Canada oil spill on native land came from Tundra Energy pipeline

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By Alastair Sharp | TORONTO

TORONTO Jan 26 Tundra Energy Marketing Ltd on
Wednesday confirmed its pipeline was the source of a leak of
some 200,000 liters (52,830 gallons) of crude oil onto
aboriginal land in Saskatchewan that was discovered by a member
of the community last week.

“An excavation of the release site has confirmed Tundra
Energy Marketing Ltd as the operator of the pipeline,” the
company said in a statement, adding that it was working with
regulators and the Ocean Man First Nation indigenous group to
determine the cause.

The provincial government said on Tuesday that it will be
investigating how long the spill went unnoticed and what
leak-detection measures were in place at the site, some 140 km
(87 miles) southeast of Regina.

It said on Wednesday that it hoped to send the affected
section of pipeline for testing on Thursday, and that 174,000
liters (45,970 gallons) of oil had been recovered and 185 cubic
meters (240 cubic yards) of soil had been removed from the site.

The spill was discovered just days before U.S. President
Donald Trump signed executive orders that will move forward two
controversial oil pipelines that have long been the target of
opposition from indigenous and environmental groups, and could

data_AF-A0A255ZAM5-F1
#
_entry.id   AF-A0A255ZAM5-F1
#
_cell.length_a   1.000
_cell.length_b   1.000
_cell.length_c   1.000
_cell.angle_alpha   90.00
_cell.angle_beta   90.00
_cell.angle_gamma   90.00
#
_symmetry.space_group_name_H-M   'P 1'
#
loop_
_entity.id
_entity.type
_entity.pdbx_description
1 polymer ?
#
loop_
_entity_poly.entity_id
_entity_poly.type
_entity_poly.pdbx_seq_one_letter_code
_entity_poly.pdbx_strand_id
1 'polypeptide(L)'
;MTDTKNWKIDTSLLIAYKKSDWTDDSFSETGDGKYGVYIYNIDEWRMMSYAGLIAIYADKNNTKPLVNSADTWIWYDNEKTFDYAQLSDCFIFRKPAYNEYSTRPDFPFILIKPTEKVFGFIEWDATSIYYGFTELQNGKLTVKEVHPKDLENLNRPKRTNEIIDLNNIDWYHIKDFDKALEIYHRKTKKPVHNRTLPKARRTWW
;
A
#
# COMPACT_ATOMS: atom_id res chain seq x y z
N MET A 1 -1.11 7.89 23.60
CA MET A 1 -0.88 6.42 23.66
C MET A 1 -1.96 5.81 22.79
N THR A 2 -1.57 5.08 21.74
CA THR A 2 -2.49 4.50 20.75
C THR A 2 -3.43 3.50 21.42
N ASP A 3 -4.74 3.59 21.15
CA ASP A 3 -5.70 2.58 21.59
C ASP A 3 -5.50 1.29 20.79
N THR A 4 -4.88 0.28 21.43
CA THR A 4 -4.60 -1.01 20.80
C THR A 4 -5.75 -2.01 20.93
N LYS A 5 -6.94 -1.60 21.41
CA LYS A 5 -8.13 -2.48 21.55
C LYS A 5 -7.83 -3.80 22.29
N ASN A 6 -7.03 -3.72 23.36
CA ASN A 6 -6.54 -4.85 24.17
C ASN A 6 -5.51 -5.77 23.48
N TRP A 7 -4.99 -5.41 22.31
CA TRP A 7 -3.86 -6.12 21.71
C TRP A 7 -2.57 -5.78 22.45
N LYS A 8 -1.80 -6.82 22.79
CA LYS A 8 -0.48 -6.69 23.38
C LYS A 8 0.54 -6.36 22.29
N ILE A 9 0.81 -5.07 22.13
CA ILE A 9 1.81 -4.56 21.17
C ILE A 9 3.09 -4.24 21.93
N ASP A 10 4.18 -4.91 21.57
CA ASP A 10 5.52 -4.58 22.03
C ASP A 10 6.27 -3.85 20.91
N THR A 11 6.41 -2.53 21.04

embolden protests against pipeline projects on both sides of the
border.

The leak occurred on a feeder artery of the more than
1,600-km- (994-mile-)long southeast Saskatchewan pipeline system
that Tundra, part of Canadian grain trading and energy
conglomerate James Richardson and Sons Ltd, purchased from an
affiliate of Enbridge Income Fund Holdings Inc late
last year.

“The spill confirms the worst fears of indigenous
communities and environmental organizations and no doubt
strengthens their resolve to resist and fight back the approved
Kinder Morgan and Line 3,” said Rauna Kuokkanen, an associate
professor of political science and indigenous studies at the
University of Toronto.

The federal Canadian government in November approved Kinder
Morgan Inc’s hotly contested plan to build a pipeline
from the Alberta oil sands to the Pacific Coast and Enbridge
Inc’s replacement of Canadian segments of its aging
Line 3 from Alberta to Wisconsin.



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